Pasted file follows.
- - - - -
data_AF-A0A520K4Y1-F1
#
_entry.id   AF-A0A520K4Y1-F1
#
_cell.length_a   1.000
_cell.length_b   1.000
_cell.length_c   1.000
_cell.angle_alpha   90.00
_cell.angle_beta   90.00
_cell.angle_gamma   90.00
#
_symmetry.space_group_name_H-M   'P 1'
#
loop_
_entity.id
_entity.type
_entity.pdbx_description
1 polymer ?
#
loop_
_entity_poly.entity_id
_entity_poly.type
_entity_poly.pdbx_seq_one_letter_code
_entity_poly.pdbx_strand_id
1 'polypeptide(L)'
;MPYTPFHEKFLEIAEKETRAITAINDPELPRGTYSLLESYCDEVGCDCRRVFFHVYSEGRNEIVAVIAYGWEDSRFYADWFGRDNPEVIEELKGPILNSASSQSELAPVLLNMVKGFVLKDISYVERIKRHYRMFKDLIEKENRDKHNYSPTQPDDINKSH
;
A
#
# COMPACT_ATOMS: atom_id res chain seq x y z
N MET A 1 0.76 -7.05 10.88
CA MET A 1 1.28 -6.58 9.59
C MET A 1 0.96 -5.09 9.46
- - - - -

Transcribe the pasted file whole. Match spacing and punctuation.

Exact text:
data_AF-A0A520K4Y1-F1
#
_entry.id   AF-A0A520K4Y1-F1
#
_cell.length_a   1.000
_cell.length_b   1.000
_cell.length_c   1.000
_cell.angle_alpha   90.00
_cell.angle_beta   90.00
_cell.angle_gamma   90.00
#
_symmetry.space_group_name_H-M   'P 1'
#
loop_
_entity.id
_entity.type
_entity.pdbx_description
1 polymer ?
#
loop_
_entity_poly.entity_id
_entity_poly.type
_entity_poly.pdbx_seq_one_letter_code
_entity_poly.pdbx_strand_id
1 'polypeptide(L)'
;MPYTPFHEKFLEIAEKETRAITAINDPELPRGTYSLLESYCDEVGCDCRRVFFHVYSEGRNEIVAVIAYGWEDSRFYADWFGRDNPEVIEELKGPILNSASSQSELAPVLLNMVKGFVLKDISYVERIKRHYRMFKDLIEKENRDKHNYSPTQPDDINKSH
;
A
#
# COMPACT_ATOMS: atom_id res chain seq x y z
N MET A 1 0.76 -7.05 10.88
CA MET A 1 1.28 -6.58 9.59
C MET A 1 0.96 -5.09 9.46